Pencil and paper game for two players
There are a few board game versions of this, but this pen and paper version you can create at home also incorporates land and air units.
Each player draws or prints out the exact same grid size (eg a 15×15 grid with the columns labelled A – O and the rows labelled 1 – 15) and also draw/colour in squares to indicate which are land and which are sea. It should be about 50% land 50% sea, remembering there should be enough sea/land squares to place military units (eg the largest the carrier is 4×2) There are no hard and fast rules as to the size of the map and the number of grid squares, but for convenience and speed probably best not to have more squares in a column or row than letters of the alphabet unless you then want to name the 27th row something like AA, then AB etc. And the larger the grid the longer the game will be.
Players now need to keep each of their sheets hidden and may find it useful to have a second grid to help record their own attacks and possible opponents positions.
Both players have the following units to position on the map, all denoted by filling the relevant number of squares.
2 x Heavy gun batteries (2 by 2 square)
1 x Anti-aircraft battery (Any 5 adjacent squares)
1 x Ammunition dump (Any 7 adjacent squares)
1 x Battleship (5 squares in series)
2 x Cruisers (4 squares in series)
1 x Submarine (3 squares in series)
1 x Aircraft carrier (2 x 4 square grid)
4 x Aircraft (3 squares in line with a 4th square to one side of the central square of the group – a rough delta shape)
Each player secretly from the other marks the locations of their units using the following rules:
- The land forces may only be positioned on land.
- The sea force may only be positioned on sea.
- Aircraft may be positioned anywhere (but are not exempt from rule 5).
- Any of the force may touch the extreme edges of the map.
- No force can touch another force, so there must be at least one blank square between neighbouring forces.
Once forces have been positioned, they remain in position for the game.
Players now take turns to fire one shot each by calling out the grid reference they are aiming for. E.g. on the example map calling out “L-11” would be a miss, but if they had called out B-10 this would have hit a cruiser. Their opponent must then inform whether the shot was a hit or miss depending on whether that square is occupied by one of their forces and what they hit. The player firing the shot then marks the square in question on their own map to keep a record of where they have fired a shot and what the result was. Players may also find it useful to keep a record on their own map of where their opponent has fired and what units have been hit/destroyed.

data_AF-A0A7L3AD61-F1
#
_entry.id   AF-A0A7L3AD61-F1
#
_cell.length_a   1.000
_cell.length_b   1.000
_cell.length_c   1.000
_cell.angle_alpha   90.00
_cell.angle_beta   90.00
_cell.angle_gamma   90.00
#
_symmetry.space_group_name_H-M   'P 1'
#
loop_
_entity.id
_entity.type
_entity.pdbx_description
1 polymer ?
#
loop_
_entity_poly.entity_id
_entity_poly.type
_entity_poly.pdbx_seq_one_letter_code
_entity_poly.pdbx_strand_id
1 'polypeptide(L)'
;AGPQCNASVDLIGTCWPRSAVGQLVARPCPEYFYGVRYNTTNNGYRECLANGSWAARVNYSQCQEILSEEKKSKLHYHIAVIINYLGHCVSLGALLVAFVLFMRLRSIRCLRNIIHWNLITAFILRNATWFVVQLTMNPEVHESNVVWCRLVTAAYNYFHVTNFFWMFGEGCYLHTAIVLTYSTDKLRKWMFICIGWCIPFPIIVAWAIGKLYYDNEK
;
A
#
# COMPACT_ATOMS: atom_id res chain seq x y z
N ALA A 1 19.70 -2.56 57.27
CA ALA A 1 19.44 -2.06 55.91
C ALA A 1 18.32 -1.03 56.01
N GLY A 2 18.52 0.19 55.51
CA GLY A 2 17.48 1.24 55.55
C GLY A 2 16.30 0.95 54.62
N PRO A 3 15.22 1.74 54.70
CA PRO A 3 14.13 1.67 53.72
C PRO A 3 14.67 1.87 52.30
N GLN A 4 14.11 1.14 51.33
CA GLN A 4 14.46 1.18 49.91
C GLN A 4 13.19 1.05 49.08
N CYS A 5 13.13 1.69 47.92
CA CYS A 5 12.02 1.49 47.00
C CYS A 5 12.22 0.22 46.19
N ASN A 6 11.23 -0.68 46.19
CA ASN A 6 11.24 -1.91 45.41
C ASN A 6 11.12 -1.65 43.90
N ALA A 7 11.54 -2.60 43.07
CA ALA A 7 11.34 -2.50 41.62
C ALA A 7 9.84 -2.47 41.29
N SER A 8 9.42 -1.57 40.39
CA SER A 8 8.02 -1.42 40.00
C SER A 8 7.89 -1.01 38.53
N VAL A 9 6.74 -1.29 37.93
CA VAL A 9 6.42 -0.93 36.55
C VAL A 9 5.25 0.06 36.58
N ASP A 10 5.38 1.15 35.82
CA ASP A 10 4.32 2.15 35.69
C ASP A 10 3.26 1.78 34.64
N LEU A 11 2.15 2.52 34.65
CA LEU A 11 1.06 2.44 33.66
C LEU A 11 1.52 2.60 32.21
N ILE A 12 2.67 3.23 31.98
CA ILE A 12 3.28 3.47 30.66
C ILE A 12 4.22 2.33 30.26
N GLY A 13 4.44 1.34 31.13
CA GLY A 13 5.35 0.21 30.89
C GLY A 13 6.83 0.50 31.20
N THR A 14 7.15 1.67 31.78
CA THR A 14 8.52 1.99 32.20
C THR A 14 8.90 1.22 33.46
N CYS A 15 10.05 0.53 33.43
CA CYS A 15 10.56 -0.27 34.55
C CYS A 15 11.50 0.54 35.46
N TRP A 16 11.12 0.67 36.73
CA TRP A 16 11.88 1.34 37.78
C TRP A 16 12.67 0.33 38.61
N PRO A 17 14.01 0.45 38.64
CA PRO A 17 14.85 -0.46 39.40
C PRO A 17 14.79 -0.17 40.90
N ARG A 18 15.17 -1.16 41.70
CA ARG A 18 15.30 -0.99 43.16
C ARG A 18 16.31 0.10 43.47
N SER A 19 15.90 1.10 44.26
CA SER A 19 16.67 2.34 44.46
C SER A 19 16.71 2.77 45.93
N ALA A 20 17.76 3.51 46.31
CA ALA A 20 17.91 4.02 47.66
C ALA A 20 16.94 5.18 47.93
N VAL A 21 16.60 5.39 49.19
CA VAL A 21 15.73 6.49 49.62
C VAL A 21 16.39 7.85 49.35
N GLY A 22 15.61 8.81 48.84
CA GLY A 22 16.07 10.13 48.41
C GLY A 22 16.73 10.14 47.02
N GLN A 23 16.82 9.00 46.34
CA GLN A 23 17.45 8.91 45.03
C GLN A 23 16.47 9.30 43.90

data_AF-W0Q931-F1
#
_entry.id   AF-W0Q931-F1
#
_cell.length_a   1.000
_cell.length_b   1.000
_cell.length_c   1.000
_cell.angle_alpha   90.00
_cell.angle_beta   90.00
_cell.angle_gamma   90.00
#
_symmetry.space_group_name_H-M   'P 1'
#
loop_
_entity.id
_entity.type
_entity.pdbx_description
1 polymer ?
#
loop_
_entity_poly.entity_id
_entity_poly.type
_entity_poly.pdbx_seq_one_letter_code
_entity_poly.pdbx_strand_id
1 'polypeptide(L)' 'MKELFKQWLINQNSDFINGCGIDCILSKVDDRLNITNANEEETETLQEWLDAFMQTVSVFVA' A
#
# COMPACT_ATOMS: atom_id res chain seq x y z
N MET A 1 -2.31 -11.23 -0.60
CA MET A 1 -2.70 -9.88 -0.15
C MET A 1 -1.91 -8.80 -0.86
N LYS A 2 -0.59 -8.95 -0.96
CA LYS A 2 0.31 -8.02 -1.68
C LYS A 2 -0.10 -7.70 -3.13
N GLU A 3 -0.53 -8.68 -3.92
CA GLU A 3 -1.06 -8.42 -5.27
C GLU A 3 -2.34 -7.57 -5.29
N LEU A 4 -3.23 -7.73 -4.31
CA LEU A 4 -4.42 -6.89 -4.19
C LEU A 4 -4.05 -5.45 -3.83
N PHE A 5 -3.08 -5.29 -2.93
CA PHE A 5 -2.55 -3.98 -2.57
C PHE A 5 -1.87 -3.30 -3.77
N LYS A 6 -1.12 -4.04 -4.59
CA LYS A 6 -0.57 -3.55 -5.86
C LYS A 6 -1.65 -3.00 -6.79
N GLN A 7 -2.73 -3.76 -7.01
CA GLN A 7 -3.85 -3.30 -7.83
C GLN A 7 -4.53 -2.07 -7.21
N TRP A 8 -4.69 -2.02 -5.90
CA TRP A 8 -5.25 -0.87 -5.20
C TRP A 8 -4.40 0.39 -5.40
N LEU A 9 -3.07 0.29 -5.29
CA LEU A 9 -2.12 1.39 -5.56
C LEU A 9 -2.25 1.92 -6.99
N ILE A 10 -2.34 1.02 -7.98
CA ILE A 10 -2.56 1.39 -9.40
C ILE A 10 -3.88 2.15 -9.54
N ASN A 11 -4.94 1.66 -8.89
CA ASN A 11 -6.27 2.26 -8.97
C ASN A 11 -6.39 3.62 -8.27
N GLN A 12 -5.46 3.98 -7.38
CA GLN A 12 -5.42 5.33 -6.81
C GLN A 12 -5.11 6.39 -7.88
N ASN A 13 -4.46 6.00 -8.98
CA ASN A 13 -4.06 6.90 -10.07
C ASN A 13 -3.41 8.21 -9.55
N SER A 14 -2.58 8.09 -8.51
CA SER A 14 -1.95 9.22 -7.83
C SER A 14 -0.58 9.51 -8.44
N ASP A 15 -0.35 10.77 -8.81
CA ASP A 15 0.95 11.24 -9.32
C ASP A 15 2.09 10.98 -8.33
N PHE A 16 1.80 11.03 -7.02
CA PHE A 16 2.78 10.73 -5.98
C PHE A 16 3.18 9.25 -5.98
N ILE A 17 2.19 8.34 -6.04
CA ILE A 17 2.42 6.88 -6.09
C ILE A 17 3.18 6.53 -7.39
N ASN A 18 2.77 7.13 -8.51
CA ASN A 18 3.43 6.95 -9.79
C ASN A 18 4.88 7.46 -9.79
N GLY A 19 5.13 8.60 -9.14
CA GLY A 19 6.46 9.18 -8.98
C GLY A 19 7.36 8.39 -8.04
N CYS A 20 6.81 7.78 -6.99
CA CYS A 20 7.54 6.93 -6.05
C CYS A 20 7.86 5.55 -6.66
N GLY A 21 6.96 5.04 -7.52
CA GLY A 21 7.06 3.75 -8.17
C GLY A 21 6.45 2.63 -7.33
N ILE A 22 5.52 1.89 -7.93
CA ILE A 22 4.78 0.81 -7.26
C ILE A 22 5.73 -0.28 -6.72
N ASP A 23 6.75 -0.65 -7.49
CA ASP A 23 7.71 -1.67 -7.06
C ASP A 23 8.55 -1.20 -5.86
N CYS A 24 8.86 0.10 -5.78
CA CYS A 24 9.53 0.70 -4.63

A unit is destroyed once all the squares it occupies has been hit. The player who completely destroys all their opponent’s forces first is the winner.
At any stage of the game, on their turn to play, a player may elect to drop a “blockbuster” into one particular square. Each square touching that square is covered by that one shot thus the “blockbuster” shot covers nine squares. Only one blockbuster shot may be fired by each player in each game.
This is a faster version as each of the heavy artillery units on the map can fire 4 shots in a single turn (that is each player delivering 8 shots per turn – one per active square covered by a heavy artillery unit). However, every square of a heavy artillery unit that is hit is no longer active. Players win by either destroying all their opponent’s units, or knocking out both artillery units so their opponent can no longer fire.
Another version of salvo is 1 shot for each sea unit that is active. Each time a unit is destroyed that player uses it’s ability to shoot.
Battleships – Navy only
Very similar, but there are no land or air units and a plain grid (all sea).by